4. Jack Nash

    Mar 27, 2020 at 9:11 am

    Well, Brandel Miller makes a decent point. Is the change because Spieth needed more distance? He’s obviously longer than he was, and with the way he’s playing as of late shows me he’s not comfortable with the change. Players can say they’re “this close” so many times before they revert back(Tiger). As for Ricky, it doesn’t matter. He’s got lottsa money.

  5. Seif

    Mar 27, 2020 at 9:03 am

    Brandel Chamblee plagiarized his entire book from Kelvin Miyahira. And the stuff he’s spewing now about all the teachers being wrong also came from Miyahira. The guy is a complete fraud and I can’t believe so few people have figured that out.

    • Dill Pickelson

      Mar 27, 2020 at 11:52 pm

      Yes, what happened to Kelvin? I heard he was unwell and stopped responding and was not at the range when I went there. Last time I saw him he had me hitting my 15 year old 6i 200y. He’s extremely good in person.

      • Seif

        Mar 28, 2020 at 8:11 am

        Kelvin had a stroke some years back and I’ve haven’t heard anything from him since. Unfortunate to say the least.

  6. Craig

    Mar 27, 2020 at 8:50 am

    Real coaches laugh at Brandel.

  7. JD

    Mar 26, 2020 at 10:46 am

    My Brandel Chamblee issues can be resolved in just two seconds with him no longer being interviewed.

    • John

      Mar 26, 2020 at 2:33 pm

      A useless comment, with zero relevance to the article at hand.

      Nothing but the usual baiting of BC. Your comment is simply a way of trying to drum up more of the same old tired BS..

      predictable, infantile and stupid.
      Try to be original Einstein..

      • Bill

        Mar 26, 2020 at 7:50 pm

        The guy is the Skip Bayless of golf. He makes egregious claims and hits on 1 out of every 100 of them to remain relevant.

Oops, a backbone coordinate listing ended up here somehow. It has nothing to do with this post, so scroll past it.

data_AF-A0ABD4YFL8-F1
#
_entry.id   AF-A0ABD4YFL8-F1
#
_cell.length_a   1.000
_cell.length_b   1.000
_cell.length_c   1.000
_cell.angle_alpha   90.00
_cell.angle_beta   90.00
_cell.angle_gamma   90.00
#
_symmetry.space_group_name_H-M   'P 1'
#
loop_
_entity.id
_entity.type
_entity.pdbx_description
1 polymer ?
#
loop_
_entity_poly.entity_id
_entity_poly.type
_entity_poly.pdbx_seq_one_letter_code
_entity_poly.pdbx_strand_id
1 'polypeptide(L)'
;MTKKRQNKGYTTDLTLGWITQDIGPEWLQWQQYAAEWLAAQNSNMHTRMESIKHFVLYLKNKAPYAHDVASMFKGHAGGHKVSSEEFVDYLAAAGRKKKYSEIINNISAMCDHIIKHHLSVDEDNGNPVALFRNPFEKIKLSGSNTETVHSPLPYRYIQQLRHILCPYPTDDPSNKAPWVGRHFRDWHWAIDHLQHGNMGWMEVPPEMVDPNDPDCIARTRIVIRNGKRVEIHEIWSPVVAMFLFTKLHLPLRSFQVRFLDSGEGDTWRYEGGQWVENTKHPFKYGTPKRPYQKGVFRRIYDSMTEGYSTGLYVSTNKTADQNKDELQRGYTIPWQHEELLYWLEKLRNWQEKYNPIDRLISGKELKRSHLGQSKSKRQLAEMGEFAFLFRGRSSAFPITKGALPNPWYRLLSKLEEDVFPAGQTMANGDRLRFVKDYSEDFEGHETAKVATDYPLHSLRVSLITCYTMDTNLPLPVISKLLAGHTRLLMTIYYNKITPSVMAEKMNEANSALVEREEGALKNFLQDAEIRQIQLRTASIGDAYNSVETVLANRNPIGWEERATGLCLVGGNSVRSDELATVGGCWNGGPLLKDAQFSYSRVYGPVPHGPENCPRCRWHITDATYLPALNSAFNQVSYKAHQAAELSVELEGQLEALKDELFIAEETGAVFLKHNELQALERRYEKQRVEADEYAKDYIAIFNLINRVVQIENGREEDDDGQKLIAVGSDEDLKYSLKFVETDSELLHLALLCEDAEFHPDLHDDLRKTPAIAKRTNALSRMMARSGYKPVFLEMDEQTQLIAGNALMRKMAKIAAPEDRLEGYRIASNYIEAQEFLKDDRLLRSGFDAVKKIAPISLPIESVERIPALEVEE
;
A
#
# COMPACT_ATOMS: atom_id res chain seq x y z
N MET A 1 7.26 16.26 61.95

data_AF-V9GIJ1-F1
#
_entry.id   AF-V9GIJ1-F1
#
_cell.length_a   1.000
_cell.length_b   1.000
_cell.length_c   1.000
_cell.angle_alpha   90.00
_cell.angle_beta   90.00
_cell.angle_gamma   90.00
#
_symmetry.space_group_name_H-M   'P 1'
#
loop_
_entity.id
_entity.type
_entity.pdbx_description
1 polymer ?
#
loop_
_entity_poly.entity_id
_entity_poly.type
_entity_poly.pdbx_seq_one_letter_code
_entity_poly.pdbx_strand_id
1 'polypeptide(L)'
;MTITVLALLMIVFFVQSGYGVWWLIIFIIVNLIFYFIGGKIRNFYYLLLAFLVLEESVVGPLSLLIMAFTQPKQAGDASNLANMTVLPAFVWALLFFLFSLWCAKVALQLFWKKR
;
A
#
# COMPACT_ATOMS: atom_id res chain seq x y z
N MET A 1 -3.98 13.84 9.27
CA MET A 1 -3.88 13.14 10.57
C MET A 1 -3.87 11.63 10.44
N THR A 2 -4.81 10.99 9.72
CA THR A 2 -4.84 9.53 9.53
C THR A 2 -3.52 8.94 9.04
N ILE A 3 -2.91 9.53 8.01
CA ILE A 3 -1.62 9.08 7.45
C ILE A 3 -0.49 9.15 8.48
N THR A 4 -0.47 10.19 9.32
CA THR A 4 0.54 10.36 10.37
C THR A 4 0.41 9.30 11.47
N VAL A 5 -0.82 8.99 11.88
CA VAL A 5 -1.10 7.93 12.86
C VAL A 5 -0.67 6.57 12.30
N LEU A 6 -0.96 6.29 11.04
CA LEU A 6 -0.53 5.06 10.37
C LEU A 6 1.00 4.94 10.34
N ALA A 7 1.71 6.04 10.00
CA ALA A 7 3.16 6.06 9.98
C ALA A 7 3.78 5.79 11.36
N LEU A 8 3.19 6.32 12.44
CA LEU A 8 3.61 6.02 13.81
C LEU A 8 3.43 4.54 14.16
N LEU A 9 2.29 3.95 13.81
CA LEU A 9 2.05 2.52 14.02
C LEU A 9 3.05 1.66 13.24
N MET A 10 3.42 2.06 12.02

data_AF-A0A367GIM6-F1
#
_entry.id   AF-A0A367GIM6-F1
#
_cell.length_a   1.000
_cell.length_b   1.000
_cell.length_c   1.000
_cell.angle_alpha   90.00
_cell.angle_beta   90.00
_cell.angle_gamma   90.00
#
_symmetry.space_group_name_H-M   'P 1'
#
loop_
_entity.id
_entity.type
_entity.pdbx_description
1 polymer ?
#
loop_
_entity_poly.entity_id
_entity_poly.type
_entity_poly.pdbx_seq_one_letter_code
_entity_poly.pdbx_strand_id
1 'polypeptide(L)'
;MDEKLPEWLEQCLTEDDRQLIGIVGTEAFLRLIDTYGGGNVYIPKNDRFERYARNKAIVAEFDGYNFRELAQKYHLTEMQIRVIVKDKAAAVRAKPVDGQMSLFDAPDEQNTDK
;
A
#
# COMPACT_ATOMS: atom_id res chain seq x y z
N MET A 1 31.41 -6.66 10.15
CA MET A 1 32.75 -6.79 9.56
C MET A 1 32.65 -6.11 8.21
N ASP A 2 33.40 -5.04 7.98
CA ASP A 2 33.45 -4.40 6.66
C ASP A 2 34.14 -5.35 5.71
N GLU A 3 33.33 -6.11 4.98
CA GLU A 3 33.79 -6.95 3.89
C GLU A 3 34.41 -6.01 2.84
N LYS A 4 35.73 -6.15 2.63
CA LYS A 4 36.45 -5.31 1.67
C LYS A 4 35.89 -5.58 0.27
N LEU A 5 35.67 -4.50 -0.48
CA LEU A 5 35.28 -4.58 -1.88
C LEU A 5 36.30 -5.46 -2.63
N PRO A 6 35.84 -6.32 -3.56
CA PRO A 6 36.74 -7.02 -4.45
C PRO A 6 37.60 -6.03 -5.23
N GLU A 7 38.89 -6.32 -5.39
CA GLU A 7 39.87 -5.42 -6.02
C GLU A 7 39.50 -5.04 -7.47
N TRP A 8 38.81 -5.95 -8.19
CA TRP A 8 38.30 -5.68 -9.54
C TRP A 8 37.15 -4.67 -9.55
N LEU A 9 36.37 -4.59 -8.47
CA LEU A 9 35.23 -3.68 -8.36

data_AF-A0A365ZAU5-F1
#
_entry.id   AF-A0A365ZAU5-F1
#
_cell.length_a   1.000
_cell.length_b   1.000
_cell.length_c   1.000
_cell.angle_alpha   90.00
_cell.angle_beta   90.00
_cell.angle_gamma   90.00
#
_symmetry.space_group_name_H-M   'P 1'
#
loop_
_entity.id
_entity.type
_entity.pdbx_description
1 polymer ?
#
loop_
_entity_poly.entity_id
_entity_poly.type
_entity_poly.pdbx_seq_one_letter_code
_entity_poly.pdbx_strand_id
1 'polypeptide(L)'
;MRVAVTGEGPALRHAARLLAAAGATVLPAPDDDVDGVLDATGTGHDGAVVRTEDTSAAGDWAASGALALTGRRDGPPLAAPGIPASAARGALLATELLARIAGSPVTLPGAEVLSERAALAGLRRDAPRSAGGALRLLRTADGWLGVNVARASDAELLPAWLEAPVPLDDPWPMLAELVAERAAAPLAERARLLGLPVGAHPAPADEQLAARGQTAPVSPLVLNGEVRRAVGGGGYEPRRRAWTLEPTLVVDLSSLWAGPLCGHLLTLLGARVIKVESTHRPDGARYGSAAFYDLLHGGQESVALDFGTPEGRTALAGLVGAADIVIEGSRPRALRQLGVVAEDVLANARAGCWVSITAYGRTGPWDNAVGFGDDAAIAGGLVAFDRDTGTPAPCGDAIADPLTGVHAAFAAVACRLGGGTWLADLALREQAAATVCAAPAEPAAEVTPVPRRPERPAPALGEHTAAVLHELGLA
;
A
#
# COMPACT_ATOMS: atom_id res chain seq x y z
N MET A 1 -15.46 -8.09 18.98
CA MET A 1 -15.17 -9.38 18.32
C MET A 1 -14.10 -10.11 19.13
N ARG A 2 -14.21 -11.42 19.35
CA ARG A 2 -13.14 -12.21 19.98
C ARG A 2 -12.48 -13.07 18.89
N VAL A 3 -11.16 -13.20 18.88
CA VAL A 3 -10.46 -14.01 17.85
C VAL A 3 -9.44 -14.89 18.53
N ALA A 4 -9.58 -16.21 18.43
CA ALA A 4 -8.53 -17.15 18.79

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19th Hole

Ian Poulter on how the Europeans have embraced Ryder Cup underdog mentality

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Ahead of next week’s 43rd Ryder Cup matches, Ian Poulter hopped on SiriusXM PGA Tour Radio with Michael Breed to discuss the European team’s chances.

When Breed asked the 12-time European Tour winner about the team’s underdog mentality, Poulter chuckled,

“You know that’s our advantage, I guess, in a way, right? That we have delivered when perhaps we shouldn’t have delivered. And that is the magical question that gets asked all the time. That’s what has the American press scratching their head. That’s what has the American team scratching their heads at times, right? On paper, on paper, on paper, on paper, the U.S. team should have delivered. It’s for us to enjoy and for the American team to figure out, right?”

It’s hard to knock Poulter’s confidence. The European side has won four out of the last five, seven of the last nine, and nine of the last 12 Ryder Cups. Poulter is a six-time Ryder Cup veteran, and the European team is 4-2 when he plays. He holds a lifetime 14-6-2 record, and he has yet to record a loss in Sunday singles.

Nothing about Ian Poulter’s statistical profile jumps out “on paper.” In fact, out of the 24 players competing at Whistling Straits next week, Poulter ranks 21st in data golf’s true strokes gained metric over the last year. With that being said, the U.S. team always has the advantage “on paper,” and that appears to be just the way the Europeans like it.

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19th Hole

Kevin Na: Should have paired me with Bryson at Ryder Cup